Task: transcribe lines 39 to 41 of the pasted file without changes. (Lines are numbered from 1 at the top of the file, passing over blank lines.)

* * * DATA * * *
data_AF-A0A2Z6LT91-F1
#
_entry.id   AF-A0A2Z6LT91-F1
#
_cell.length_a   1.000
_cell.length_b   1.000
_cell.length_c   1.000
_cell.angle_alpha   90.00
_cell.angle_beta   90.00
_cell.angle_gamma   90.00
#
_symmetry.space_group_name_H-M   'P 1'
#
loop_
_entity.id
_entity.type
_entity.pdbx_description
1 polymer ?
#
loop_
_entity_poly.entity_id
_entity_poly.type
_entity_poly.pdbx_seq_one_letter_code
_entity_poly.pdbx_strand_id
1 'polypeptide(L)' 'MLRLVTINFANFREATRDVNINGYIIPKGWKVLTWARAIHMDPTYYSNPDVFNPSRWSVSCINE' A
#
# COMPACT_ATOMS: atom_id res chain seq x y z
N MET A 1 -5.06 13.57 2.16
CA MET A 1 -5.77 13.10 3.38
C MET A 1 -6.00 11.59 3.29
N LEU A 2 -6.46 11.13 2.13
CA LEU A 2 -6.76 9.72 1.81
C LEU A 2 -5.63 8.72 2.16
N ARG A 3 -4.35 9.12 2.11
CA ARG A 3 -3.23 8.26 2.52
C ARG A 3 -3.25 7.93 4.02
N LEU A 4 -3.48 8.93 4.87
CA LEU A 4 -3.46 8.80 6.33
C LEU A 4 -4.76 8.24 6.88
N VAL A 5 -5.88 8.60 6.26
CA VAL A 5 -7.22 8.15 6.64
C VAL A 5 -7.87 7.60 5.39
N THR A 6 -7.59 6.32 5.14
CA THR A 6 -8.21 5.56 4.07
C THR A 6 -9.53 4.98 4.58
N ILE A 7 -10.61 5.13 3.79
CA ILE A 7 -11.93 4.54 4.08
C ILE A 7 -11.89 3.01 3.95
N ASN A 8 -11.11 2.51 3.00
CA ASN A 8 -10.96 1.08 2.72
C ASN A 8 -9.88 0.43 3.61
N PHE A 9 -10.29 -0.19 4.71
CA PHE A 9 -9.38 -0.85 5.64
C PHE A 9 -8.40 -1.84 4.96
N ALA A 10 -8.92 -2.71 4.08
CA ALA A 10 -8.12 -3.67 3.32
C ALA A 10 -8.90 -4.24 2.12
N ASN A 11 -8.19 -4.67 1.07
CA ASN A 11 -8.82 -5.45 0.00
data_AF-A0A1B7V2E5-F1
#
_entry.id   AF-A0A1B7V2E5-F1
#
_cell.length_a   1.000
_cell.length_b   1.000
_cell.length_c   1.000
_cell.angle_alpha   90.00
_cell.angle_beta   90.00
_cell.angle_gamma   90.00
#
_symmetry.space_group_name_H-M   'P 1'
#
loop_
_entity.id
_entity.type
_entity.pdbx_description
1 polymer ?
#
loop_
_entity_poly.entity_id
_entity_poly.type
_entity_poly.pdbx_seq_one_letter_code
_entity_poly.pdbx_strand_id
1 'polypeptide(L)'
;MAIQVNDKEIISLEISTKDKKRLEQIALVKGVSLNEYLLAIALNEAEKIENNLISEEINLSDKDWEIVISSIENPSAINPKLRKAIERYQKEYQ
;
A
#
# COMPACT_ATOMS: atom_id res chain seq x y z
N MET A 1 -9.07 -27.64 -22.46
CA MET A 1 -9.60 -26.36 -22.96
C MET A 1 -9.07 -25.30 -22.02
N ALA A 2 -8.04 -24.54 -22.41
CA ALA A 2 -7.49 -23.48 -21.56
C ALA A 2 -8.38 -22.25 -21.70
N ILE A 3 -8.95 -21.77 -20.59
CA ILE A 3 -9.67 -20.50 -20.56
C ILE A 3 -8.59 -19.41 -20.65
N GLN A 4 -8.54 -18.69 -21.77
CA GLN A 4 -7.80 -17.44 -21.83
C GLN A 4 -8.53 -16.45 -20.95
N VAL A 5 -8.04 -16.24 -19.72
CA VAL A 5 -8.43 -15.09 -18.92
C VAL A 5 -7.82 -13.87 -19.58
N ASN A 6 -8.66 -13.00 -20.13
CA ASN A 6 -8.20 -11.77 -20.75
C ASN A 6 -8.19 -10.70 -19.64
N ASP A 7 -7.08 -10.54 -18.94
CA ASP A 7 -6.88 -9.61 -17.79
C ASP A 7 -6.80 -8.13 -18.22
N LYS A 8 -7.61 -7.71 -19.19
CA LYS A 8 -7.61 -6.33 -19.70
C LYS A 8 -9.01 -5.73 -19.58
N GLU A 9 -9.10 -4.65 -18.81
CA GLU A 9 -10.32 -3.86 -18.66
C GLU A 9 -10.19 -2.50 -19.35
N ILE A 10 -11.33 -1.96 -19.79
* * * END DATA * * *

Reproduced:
C LEU A 4 -4.76 8.24 6.88
N VAL A 5 -5.88 8.60 6.26
CA VAL A 5 -7.22 8.15 6.64